|Publisher: MacSoft Genre: Simulation
|Min OS X: 10.2.8 RAM: 256 MB Hard Disk: 1200 MB Graphics: 32 MB VRAM
Graphics: The Scenic RouteOne of the big improvements of Railroad Tycoon 3 over its predecessor is its new 3D graphics engine. The earlier game had commendably good isometric sprite-based graphics, and the new 3D engine manages to mimic them surprisingly well whilst also offering a great deal of additional flexibility, particularly in the ability to zoom the view. (A mouse with a scrollwheel is a great asset for this.)
The zooming in and out is one of the best and most useful features of the new engine. At one extreme, you can zoom right out for a near-orbital view of the entire map and see a whole chunk of country below, with all the town and city names, rivers and lakes, mountains and valleys (and, perhaps, overlays) visible. At the other extreme, you can get so close to your trains that your camera will almost clash with the chassis. It's very smooth and well done.
There are plenty of other nice graphical touches. All the water ripples and reflects, and the passage of time is marked by an accelerated day/night cycle with changing sky colors, sunlight that glows on the horizon and causes lens flares, and a moon that passes behind clouds. Lights turn on and off according to the time of day; birds and planes fly overhead; yellow sparks fly from the contacts of electric trains...there are lots of nice little subtleties to observe. Atmospheric effects are present but are limited to rain, from light showers to full thunderstorms with flashing lightning and dancing downpours. The smoke effects from steam engines are particularly excellent, with the highly realistic-looking smoke altering in density and color depending on the work being done by the locomotive.
It's possible to lock the camera on any train, which makes it easy to follow an individual route. This works reasonably well, but it would have been better if the camera could have been made to chase the train, angling itself to follow it rather than maintaining a fixed position. Unfortunately, if the train goes through a tunnel, the camera bumps along over the surface of the hill and reattaches itself when the train emerges at the other side! A less brutal treatment of the camera would have been helpful here: the current behavior looks silly and can induce feelings of nausea at high speed.
So the graphics system is not perfect, especially in close-up views. I was disappointed at the degree of pixelation in certain graphics, too, and the lack of care in some aspects. For example, the big, obvious number painted on the side of everyone's favorite steam engine, Mallard (No 4468) is the correct way round on the right-hand side of the engine but reversed on the left. Maybe I'm being too pernickety, but when you appreciate the considerable level of detail with which the engines are modeled (complete with rotating spoked wheels and animating coupling rods), this kind of careless oversight seems quite disappointing. Besides, Mallard's name plate (which is much smaller than the faulty number) reads correctly on both sides. (Mallard is not alone in suffering this kind of glitch.)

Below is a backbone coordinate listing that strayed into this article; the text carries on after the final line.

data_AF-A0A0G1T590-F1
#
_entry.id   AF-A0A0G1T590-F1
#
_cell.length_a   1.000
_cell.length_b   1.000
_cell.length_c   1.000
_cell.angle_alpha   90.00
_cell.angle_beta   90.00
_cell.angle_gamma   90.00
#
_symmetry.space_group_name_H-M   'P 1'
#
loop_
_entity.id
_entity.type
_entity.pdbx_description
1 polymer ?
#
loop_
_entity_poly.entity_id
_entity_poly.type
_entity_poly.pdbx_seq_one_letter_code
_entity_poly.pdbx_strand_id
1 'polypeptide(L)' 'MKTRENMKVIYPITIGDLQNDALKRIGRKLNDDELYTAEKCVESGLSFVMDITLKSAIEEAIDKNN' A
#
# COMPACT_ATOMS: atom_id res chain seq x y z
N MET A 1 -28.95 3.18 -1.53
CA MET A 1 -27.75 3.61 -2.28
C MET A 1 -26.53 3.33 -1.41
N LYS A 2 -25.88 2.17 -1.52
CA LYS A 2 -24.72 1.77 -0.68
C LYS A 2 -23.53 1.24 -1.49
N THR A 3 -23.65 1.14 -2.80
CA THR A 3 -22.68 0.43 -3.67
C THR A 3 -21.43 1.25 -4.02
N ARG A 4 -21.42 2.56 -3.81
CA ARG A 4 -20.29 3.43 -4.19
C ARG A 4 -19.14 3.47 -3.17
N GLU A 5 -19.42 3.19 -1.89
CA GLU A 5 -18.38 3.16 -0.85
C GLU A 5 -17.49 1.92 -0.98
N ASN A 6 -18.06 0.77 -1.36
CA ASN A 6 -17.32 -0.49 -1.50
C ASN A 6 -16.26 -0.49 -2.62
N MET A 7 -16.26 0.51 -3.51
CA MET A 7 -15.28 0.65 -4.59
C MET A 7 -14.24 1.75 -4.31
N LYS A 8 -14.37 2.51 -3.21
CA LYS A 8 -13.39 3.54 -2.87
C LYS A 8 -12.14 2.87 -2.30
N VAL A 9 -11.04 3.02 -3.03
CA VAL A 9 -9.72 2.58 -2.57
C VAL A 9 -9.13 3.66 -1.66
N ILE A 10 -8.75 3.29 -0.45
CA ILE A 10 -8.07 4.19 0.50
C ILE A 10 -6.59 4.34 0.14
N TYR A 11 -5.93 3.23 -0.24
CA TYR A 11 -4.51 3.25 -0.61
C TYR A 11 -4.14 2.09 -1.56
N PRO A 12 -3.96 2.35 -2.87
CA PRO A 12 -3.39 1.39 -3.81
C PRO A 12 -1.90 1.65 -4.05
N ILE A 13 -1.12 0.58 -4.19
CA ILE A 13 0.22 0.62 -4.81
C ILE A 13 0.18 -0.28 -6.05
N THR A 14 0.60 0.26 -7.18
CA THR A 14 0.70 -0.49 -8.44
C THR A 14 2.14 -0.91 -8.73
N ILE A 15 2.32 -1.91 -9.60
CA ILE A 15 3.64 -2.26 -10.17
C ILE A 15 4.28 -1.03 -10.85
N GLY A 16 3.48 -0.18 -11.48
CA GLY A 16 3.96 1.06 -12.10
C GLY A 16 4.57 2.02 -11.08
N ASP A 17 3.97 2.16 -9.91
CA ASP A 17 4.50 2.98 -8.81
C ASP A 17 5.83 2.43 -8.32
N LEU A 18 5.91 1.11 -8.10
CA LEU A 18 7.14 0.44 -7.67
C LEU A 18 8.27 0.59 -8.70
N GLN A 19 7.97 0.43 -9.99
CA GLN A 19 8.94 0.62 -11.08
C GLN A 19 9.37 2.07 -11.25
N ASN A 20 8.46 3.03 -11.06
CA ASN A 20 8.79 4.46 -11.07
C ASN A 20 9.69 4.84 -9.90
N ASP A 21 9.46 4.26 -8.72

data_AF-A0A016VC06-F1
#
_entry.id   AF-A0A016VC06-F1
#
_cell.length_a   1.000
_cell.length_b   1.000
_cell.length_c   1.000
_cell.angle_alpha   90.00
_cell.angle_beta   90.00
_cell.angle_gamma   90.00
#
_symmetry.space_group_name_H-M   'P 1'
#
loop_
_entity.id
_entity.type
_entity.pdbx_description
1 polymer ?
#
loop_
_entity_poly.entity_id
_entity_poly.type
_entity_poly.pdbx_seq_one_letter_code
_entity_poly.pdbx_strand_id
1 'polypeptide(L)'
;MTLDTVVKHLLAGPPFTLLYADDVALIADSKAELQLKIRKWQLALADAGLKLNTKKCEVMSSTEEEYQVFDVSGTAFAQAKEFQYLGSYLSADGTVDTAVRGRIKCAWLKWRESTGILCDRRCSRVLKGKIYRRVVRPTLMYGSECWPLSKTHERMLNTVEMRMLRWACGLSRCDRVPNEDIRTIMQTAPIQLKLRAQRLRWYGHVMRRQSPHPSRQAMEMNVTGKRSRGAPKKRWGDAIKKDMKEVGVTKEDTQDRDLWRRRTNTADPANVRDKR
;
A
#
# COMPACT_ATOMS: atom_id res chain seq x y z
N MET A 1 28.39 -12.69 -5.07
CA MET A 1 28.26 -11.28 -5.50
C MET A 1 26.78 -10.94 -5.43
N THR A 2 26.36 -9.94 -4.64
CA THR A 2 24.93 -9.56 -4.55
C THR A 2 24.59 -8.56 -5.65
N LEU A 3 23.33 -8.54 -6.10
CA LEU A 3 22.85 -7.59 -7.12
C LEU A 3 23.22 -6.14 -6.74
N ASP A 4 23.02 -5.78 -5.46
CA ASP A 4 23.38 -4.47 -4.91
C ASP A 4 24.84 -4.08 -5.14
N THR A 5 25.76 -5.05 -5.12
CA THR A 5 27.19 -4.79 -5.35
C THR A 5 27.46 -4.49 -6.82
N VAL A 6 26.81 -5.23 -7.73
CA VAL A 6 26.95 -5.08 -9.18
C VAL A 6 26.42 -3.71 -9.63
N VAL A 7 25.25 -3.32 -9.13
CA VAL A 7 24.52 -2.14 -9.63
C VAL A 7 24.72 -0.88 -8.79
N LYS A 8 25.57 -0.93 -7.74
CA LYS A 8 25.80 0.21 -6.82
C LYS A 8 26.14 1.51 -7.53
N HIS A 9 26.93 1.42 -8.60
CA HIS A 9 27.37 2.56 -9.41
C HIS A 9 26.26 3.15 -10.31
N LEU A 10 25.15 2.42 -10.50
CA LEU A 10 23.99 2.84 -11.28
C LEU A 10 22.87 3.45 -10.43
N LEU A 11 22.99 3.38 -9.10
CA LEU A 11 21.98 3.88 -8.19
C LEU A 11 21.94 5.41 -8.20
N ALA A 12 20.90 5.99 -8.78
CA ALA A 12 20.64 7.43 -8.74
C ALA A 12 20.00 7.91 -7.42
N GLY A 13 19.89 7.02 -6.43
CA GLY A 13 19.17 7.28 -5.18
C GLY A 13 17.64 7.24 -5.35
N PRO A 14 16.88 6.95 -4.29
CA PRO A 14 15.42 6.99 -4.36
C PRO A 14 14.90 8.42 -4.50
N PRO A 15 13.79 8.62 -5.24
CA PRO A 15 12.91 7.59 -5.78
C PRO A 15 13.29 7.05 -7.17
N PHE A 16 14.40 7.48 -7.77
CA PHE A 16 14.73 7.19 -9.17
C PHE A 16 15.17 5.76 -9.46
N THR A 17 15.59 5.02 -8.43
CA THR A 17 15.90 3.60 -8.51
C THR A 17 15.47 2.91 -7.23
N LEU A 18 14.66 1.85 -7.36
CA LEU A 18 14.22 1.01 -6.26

Minor niggles aside, though, this game features really excellent graphics. Clearly it isn't attempting to deliver a Doom 3 level of realism, but for the type of game it is (and considering its relatively low system requirements), the graphics are exceptional. Perhaps my greatest disappointment was that not all available screen resolutions were supported. I like to use my 23" Cinema Display at its native 1920×1200 resolution if possible, and in this case I couldn't. The best I could do was to use it at 1600×1200, to get native height but with unused black bars at either side. This was annoying, especially given that there's a very extensive choice of resolutions.
Sound: Letting off SteamThe use of sound in Railroad Tycoon 3 is really pretty good on the whole. The engine sounds are all appropriate to the train in question, there are suitable whistle or hooter noises for each locomotive, and ambient sounds are associated with different locations on the map, which you only hear if you're zoomed in close to the source. The sounds could be more authentic still if the game were a more rigorous train simulation, but Railroad Tycoon 3 is not really intended as that, and what it does, it does very well. A lot of effort seems to have been put into getting authentic-sounding noises for the various locomotives.
There's constant music in the background of the game, and on balance I think it works nicely. However, I'm less enamored of it than the rest of the sound effects, mainly because it's so very monochromatic. There are 36 MP3s in total, and they're a mixture of well-known melodies (including such apt titles as "I've been working on the railroad") played mainly, Country & Western-style, on an assortment of variously twangy instruments such as banjo, guitar, violin, double bass, mouth organ and even jaws harp. Now, there's nothing wrong with this music in itself; it's perfectly fine, and very well played. The problem with it is that it only really suits a small part of the game. Like the curator of the museum in the Campaign screen and intros, it fits 19th century America very nicely, but seems totally incongruous for other parts of the world, and for later periods. There's an abundance of music relating to and inspired by railways, and it's a great shame that a single musical style, which is tied closely to one location and period, has been used for an entire game whose period spans centuries and whose setting is effectively global.